Developing new Bali’s

Indonesia wants to develop 10 new Bali's. Problem is, investors still can’t get enough of the real one.

Mount Bromo, East Java, Indonesia

With 15 million arrivals expected this year, and 20 million by 2019, Indonesia believes the need to spread tourism beyond Bali has become more critical.

As pointed out by tourism minister Arief Yahya, of 34 provinces in the country, Greater Bali gets 40 per cent of international arrivals, Greater Jakarta 30 per cent and Riau Islands 20 per cent.

Mount Bromo, East Java, Indonesia

The 10 new destinations the ministry hopes to nurture as new Bali’s are Lake Toba (North Sumatra), Tanjung Kelayang (Belitung), Tanjung Lesung (Banten), Kepulauan Seribu (Jakarta), Borobudur (Jogjakarta-Solo-Semarang, Central Java), Mount Bromo (East Java), Mandalika (Lombok), Komodo National Park (East Nusa Tenggara), Wakatobi National Park (Southeast Sulawesi) and Morotai (North Maluku).

It’s been a long try. The government has, for instance, given a Special Economic Zone status to places such sa Tanjung Lesung, Mandalika and Morotai, enticing investors to develop infrastructure there. But, take Lombok’s Mandalika project – fact is, it has not taken off in over a decade.

While players such as AccorHotels, Archipelago International, Santika Indonesia and Sahid Hotels have entered some of these destinations, a hospitality investment conference held in Jakarta last May revealed that many investors still see Bali and Jakarta as fertile grounds.

Kevin Wallace, managing director Asia-Pacific of Dream Hotel Group, said: “I don’t think Bali is saturated. Tuban and Sunset Road perhaps yes, but we are looking at Pecatu and Canggu – beautiful up there.”

MNC Land, which has a huge project on a 110ha land near Tanah Lot temple, also believes Bali is still feasible. In partnership with Trump Organization, it is redeveloping the former Pan Pacific Nirwana Bali Resort in Tuban into a “six-star” hotel and redesigning the golf course there.

Ivan Casadevall, MNC Land’s deputy COO hospitality, said: “We are going into Bali but way out of where everything is happening. The toll road is not even close to start being built. It takes a little bit of longterm vision.”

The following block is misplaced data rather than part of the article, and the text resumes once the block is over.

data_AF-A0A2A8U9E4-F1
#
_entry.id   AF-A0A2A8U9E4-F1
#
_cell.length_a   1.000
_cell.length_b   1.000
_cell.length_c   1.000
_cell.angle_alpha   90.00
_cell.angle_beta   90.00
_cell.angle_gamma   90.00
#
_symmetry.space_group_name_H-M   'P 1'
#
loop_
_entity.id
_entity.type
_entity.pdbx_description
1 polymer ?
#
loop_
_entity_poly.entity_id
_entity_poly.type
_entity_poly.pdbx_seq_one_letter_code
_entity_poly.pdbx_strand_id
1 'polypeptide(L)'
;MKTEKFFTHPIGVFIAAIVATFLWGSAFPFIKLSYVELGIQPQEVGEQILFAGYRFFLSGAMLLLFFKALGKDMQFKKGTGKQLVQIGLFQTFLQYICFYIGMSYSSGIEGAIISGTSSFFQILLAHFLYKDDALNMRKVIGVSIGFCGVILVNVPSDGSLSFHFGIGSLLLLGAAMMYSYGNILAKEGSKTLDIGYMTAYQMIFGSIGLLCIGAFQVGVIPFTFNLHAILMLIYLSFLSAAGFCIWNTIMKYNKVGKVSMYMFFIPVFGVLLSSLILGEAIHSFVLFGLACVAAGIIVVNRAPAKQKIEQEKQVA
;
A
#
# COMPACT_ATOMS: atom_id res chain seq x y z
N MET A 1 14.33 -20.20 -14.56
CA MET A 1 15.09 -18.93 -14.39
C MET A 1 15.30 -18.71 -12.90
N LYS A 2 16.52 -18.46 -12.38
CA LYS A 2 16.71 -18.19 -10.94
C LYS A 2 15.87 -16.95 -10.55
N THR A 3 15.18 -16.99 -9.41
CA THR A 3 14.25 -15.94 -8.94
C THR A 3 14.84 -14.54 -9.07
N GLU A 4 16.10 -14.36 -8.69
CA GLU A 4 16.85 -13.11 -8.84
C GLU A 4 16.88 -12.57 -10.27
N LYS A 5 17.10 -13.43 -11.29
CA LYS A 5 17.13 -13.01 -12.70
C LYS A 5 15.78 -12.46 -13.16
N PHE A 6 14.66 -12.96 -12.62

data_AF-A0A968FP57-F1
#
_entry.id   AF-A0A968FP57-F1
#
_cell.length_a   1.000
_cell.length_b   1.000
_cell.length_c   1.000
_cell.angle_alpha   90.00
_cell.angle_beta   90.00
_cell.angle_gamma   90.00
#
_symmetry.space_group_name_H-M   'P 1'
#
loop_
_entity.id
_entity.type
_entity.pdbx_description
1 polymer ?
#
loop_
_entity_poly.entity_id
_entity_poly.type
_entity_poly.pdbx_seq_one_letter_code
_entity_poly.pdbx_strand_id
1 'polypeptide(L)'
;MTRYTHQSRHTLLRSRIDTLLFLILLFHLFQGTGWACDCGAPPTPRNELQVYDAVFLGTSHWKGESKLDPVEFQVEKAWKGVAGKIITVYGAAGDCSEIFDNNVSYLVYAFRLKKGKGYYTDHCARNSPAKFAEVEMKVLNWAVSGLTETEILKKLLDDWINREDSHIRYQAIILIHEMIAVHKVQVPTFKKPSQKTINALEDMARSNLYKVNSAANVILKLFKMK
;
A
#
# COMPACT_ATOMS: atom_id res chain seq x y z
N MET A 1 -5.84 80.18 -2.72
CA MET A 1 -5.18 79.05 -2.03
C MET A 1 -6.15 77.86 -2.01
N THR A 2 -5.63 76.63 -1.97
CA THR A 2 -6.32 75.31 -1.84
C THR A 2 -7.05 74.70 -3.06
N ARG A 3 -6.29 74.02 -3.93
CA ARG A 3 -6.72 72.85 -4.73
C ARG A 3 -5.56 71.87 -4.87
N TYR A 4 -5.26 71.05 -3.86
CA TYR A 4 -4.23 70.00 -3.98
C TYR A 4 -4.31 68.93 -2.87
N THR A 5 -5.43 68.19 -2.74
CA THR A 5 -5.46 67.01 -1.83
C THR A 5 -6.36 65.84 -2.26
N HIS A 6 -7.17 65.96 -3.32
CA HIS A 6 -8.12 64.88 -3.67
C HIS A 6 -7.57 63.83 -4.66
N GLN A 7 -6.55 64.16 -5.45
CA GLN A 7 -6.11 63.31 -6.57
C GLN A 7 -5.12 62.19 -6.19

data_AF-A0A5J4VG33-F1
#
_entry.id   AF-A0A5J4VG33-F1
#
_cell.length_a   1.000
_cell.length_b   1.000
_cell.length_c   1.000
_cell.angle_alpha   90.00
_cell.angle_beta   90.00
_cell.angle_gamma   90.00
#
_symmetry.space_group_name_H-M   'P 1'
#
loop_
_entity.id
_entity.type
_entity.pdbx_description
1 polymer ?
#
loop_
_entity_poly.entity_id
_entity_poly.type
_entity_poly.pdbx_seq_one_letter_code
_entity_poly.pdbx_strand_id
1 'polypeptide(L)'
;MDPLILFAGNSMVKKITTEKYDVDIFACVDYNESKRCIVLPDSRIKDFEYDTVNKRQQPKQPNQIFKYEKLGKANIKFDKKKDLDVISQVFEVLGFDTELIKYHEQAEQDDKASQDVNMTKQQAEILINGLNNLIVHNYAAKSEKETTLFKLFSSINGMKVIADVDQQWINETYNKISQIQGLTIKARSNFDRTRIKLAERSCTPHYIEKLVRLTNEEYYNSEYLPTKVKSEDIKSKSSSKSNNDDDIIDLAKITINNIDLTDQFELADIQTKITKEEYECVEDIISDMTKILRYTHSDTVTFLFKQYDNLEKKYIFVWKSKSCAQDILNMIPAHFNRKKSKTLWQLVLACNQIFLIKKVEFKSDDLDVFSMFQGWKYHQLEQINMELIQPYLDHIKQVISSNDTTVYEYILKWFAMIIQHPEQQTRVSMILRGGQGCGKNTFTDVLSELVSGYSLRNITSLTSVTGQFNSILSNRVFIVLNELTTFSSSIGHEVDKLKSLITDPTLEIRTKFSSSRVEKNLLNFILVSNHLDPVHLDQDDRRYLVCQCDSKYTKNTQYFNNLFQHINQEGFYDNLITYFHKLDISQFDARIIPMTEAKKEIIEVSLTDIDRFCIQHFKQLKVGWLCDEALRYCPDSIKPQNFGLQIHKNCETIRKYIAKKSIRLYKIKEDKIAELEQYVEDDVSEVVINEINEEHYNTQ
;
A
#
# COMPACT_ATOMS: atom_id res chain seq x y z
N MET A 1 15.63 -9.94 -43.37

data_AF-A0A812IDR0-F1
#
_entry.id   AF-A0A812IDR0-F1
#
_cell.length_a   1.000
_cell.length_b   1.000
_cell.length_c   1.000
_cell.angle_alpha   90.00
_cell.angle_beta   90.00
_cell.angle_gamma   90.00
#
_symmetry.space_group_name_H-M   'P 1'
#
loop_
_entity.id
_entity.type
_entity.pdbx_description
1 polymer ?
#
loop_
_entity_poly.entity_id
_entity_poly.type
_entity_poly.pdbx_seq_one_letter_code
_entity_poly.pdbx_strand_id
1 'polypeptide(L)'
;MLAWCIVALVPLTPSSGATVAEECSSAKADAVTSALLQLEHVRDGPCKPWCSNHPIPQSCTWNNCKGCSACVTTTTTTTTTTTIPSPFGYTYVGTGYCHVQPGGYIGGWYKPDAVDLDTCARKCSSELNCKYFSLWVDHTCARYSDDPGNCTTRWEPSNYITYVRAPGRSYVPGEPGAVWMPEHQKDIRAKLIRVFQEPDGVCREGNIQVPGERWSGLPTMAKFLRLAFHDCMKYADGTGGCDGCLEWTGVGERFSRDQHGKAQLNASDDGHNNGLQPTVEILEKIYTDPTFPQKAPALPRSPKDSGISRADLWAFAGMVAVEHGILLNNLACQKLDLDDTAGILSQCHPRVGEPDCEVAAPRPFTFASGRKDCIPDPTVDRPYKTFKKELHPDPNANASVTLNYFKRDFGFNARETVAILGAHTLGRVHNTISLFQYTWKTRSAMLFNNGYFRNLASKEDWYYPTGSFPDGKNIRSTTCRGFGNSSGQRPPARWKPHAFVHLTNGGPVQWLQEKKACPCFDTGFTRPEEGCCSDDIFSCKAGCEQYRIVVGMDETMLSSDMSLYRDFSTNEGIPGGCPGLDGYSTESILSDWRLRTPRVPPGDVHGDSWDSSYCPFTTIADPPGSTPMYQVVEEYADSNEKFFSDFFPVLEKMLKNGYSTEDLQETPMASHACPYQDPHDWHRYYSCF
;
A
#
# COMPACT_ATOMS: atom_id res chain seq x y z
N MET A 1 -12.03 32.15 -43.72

But Indonesian travellers actually do look for new destinations in the country. Erastus Radjimin, CEO of Artotel Indonesia, said: “For Indonesians, especially my (millennial) generation, we are bored with Bali. It is interesting to see what is being promoted in these 10 destinations.

“However, at the end of the day, it will be back to infrastructure development, which is more important than promotion (at this stage). When you have good infrastructure, everybody will start coming in, we will see good asset value – the developers will automatically come.”

Matt Gebbie, director of Horwath HTL Pacific Asia, said there are clients, mostly Indonesians and some mainland Chinese, that are looking for destinations other than Jakarta and Bali. But most are small-scale investments.

Gebbie said: “The islands around Bali (such as Lombok and Labuan Bajo, gateway to Komodo Island) are talked about more, but plots that have been sold are small.”
Wallace questioned if it was not wasteful to spend money opening as many as 10 new destinations. “Why not choose just three or four and do those well?”

Better still, focus on the domestic market, he added. “I think the real game here is where the Indonesian market wants to go, how to stop them from going to Singapore,” he said.

Samudra Hendra, owner of Milestone Pacific Hotel Group, Indonesia, which operates hotels in many cities in Indonesia, said he focuses on business rather than leisure hotels and goes “where new infrastructure developments are, even if those are in destinations like Purwokerto, Tegal or Cilacap (Central Java)”.

“I will rush and open a hotel there and make money, well, at least until others follow,” he said.

Hiramsyah S. Thaib, team leader of the acceleration for the development of priority tourism, Ministry of Tourism, said infrastructre development isn’t the responsibility of the ministry alone.He said the transport ministry and airport authorities are developing airports, while the public works ministry has worked with the World Bank for a loan to develop roads. Indonesia’s financial institutions too are providing loans for hostels and homestays, while the education ministry is lending its hand on human resource training.

Citing an example, he said Silangit Airport near Toba was reopened last year declared an international airport last month.

Travel time between Jakarta and Toba has been cut down to two hours with a direct Jakarta-Silangit flight, served by Garuda Indonesia, Sriwijaya Airlines and Lion Air. Then it’s only less than an hour’s boat ride to Lake Toba.

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